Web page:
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Apple silently fixed the ‘flexgate’ issue without even acknowledging it as an issue


2018 was the year when Apple was bombarded with complaints about an issue pertaining to MacBook Pro models made in 2016 and later, referred to as ‘flexgate‘.

If you’re unaware of ‘flexgate’, in a nutshell, after about two years of regular use involving opening and closing the laptop, a number of users noticed their displays beginning to produce a sort of “stage light” effect that resulted in too much of the display’s backlight bleeding through the bottom bezel of the panel.

2016 MacBook Pro with touchbar.

This was being caused due to the damage incurred by the flex cable that connects the display and the display controller board placed under the touch bar.

Well-reputed teardown website iFixit now reports that they have discovered that the 2018 Apple MacBook Pro models have quietly addressed the ‘flexgate’ issue affecting thousands of Apple MacBook Pro units from 2016 onwards. To address the wear on the flex cable (which is where ‘flexgate’ got its name from), Apple ensured that the 2018 MacBook Pro features a 2 mm longer cable than those in earlier models.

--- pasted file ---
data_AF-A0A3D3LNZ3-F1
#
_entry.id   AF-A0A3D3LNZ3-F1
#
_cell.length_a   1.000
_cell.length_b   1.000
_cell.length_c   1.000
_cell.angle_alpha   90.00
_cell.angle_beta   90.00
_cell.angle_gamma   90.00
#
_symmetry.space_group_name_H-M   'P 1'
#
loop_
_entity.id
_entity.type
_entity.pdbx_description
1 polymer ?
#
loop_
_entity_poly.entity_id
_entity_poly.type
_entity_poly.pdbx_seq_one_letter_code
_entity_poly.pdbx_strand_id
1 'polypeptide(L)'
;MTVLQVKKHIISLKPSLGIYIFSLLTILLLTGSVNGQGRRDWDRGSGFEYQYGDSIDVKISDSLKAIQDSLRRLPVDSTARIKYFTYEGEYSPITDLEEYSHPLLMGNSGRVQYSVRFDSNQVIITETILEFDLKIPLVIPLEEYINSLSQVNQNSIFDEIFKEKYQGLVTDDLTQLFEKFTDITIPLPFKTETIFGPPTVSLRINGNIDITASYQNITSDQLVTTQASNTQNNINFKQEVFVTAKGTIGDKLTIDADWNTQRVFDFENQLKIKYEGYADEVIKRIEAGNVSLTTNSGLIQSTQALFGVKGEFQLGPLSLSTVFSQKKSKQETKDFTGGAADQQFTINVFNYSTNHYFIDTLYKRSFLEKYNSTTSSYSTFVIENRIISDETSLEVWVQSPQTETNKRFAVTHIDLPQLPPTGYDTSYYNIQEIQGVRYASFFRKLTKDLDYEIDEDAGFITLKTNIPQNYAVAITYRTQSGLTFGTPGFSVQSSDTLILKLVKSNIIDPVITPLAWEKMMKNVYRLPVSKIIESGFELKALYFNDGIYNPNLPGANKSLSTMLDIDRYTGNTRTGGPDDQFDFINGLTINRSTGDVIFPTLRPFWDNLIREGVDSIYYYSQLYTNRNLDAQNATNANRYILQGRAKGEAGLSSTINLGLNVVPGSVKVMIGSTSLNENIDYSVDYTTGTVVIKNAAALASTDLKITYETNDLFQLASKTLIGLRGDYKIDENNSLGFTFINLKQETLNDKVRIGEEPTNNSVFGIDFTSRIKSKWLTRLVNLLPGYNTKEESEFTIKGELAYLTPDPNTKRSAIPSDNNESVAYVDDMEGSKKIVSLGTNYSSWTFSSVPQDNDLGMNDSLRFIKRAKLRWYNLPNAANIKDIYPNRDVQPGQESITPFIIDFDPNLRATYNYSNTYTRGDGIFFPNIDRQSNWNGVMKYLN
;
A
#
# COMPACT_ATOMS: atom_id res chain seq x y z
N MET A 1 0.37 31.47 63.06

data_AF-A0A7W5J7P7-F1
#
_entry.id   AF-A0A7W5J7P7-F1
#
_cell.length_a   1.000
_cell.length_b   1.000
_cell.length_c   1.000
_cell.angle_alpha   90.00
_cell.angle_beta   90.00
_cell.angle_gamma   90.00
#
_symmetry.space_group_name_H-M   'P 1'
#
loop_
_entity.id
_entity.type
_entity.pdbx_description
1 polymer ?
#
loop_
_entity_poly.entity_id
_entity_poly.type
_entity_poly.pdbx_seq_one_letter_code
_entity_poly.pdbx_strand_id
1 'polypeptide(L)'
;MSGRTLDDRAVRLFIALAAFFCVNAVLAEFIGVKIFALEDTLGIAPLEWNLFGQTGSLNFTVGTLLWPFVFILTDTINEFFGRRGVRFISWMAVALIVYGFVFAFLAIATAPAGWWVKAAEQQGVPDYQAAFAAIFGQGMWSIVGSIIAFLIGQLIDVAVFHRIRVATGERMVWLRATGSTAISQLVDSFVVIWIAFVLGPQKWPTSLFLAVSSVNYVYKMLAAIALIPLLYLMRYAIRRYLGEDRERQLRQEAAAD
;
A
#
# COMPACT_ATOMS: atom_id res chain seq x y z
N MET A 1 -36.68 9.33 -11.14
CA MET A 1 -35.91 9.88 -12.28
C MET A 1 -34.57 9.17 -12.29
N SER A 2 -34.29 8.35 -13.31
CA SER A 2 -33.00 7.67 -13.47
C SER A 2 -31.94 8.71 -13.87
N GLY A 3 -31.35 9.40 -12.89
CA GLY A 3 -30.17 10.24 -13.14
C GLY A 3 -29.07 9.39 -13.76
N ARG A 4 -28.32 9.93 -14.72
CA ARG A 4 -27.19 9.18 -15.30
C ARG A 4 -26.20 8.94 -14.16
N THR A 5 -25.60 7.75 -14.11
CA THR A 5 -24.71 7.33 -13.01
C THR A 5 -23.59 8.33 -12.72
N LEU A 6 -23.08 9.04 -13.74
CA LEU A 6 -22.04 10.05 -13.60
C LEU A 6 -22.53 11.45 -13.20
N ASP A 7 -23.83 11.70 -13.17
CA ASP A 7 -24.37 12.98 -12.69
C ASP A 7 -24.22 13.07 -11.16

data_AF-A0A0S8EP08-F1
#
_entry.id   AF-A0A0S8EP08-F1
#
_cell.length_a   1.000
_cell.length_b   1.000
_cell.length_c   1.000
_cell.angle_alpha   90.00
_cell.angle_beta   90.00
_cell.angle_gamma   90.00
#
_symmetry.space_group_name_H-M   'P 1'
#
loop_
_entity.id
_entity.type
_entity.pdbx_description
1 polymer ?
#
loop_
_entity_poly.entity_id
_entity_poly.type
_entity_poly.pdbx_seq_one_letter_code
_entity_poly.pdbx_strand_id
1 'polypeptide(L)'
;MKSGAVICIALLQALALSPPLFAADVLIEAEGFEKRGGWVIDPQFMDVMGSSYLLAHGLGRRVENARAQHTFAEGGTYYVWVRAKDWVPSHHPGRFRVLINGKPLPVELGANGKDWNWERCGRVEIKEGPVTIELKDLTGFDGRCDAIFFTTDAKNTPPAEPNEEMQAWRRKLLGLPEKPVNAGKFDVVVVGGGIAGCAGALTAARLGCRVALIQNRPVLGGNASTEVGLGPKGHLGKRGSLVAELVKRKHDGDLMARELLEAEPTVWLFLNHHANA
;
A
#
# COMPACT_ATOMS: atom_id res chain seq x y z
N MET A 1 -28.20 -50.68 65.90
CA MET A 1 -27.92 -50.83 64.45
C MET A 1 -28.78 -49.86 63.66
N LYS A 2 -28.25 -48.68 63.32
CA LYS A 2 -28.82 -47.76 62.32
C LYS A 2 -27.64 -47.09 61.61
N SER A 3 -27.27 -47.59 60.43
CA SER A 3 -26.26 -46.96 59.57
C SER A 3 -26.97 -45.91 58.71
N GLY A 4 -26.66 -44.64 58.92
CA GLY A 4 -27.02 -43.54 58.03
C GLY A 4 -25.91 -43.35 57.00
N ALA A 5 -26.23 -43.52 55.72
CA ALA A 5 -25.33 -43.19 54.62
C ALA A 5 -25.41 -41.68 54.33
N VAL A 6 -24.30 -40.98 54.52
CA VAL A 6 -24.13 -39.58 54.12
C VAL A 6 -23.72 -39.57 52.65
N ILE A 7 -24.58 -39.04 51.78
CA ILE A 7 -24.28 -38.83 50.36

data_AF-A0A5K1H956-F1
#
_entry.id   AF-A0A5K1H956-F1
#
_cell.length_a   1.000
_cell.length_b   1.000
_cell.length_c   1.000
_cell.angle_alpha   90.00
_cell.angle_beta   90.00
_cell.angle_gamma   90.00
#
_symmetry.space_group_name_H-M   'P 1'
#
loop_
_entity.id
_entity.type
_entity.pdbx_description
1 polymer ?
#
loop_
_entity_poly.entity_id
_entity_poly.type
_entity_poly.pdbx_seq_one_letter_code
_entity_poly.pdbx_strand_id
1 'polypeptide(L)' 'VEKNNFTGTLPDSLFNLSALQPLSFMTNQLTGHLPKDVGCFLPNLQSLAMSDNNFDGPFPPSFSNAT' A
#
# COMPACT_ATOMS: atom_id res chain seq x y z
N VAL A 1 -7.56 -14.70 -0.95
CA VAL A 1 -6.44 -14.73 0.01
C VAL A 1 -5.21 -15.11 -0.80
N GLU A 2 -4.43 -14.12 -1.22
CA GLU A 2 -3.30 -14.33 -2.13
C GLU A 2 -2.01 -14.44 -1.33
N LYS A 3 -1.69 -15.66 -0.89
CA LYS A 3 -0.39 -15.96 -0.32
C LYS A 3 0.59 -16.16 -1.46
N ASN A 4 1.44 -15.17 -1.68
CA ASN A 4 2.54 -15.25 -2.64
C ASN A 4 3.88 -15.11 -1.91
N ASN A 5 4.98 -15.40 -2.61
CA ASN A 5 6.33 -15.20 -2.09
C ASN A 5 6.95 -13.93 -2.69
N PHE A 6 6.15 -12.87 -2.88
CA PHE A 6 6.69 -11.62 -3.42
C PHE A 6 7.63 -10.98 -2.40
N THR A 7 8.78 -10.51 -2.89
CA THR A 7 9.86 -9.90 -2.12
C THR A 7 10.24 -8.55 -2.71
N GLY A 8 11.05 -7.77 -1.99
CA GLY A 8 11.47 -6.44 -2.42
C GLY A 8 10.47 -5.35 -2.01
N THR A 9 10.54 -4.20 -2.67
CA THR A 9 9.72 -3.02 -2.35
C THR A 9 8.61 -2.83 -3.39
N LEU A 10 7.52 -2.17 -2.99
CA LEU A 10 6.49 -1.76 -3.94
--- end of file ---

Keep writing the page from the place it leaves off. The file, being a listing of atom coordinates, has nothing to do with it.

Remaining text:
The flex cable on the 2016 and 2018 variants of the MacBook Pro compared. Image: iFixit

Apple: Fix all MacBook Pro 2016 and later with stage light effect or backlight shutdown #flexgate – Sign the Petition! 通过 @Change

— Ziqi (@ziqiwang) February 28, 2019

But 2 mm doesn’t sound like much, does it? Well, as per iFixit teardown engineer Taylor Dixon, the extra length is “significant” in term of how it works. Dixon states that the 2 mm extension gives the backlight cable more room to wrap around the controller board as the laptop is opened.

However, what nobody’s been able to ascertain yet is whether the longer flex cable actually fixes the issue altogether or whether it only delays the stage lighting effect spoken of earlier.

“The longer cable definitely gives more room to breathe around the board, but it’s still in such close contact with the board that it’s impossible to tell whether it’s rubbing on the board at any point,” says Dixon.

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